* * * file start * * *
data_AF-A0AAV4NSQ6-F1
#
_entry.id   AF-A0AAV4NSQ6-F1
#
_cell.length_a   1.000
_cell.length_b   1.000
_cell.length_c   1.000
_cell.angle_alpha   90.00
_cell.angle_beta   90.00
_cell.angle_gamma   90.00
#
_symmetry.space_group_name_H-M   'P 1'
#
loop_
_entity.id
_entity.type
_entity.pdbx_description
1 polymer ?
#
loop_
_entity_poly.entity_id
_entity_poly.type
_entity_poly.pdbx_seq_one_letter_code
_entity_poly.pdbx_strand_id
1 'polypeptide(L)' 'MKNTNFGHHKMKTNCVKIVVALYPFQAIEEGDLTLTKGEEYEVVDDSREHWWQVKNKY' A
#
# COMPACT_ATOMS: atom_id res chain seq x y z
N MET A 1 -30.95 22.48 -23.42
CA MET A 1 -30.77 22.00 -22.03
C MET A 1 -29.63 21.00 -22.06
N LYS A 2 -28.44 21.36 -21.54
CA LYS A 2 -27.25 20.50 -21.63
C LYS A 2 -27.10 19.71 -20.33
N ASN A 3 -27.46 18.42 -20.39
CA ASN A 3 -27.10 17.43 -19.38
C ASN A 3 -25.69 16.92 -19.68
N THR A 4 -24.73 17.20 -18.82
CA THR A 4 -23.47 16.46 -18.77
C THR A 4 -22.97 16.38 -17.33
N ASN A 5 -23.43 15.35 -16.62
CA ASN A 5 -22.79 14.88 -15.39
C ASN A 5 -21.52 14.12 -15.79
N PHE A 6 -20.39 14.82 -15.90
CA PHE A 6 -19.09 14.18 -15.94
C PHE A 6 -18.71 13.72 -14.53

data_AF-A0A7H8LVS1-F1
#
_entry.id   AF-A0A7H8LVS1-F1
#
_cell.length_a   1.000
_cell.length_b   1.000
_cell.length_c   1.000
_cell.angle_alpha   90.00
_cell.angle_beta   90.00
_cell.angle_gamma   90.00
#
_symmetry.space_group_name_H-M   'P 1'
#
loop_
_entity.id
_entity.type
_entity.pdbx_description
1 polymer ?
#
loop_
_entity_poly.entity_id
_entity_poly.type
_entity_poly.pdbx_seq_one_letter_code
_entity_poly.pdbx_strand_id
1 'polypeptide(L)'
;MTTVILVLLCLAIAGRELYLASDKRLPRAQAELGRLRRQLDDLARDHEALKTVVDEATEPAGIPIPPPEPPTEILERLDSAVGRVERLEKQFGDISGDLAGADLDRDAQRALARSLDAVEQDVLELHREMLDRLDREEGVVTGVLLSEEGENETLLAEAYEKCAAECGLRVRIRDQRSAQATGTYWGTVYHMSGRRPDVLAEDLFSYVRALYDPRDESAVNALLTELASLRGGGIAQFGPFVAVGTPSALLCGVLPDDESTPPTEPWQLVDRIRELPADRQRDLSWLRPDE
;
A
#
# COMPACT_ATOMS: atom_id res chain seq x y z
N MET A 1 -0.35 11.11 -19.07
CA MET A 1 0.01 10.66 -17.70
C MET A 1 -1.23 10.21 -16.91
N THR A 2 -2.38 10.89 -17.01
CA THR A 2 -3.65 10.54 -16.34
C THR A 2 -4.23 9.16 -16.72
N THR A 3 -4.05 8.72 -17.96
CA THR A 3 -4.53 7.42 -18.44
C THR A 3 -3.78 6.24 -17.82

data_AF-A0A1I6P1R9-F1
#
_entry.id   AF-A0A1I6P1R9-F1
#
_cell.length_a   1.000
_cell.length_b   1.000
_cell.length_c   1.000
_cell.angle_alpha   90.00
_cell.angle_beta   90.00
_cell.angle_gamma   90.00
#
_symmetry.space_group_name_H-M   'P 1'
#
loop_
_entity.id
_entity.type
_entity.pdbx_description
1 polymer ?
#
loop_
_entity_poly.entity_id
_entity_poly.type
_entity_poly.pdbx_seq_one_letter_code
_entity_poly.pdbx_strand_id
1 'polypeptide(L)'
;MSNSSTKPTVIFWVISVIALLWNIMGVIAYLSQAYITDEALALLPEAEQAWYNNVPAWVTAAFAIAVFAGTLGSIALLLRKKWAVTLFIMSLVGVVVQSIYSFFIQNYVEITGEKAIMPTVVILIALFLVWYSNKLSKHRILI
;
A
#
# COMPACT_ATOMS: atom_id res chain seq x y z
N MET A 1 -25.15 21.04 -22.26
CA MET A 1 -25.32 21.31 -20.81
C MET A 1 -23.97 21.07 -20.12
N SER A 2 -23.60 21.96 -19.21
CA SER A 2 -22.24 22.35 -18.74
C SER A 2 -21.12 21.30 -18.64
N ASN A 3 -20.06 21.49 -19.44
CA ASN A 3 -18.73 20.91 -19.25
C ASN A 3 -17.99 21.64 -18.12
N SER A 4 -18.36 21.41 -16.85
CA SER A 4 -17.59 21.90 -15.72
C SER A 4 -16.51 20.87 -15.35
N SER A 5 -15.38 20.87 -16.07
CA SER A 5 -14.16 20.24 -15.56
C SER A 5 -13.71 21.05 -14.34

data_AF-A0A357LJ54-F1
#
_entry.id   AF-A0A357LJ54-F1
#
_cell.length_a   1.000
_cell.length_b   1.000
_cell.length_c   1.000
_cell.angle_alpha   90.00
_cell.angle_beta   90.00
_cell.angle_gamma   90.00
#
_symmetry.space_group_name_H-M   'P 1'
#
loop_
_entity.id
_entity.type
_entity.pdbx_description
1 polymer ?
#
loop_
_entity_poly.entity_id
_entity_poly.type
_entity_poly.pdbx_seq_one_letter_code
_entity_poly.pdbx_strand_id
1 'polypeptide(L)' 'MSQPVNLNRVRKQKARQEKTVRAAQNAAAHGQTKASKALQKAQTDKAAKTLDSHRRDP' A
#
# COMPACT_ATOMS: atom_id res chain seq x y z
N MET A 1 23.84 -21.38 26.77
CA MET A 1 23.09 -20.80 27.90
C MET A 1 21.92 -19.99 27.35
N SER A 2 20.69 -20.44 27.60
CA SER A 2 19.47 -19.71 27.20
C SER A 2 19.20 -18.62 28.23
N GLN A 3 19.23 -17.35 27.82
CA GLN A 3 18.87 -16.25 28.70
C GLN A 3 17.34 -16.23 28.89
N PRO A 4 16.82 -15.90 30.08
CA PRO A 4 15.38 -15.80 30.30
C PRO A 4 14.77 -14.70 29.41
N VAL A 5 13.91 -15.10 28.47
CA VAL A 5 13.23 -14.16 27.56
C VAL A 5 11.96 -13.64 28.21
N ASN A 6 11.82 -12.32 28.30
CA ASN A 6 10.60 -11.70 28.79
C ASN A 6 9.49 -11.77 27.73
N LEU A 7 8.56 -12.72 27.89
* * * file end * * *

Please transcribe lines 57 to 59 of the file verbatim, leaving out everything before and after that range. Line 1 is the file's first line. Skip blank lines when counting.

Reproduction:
_symmetry.space_group_name_H-M   'P 1'
#
loop_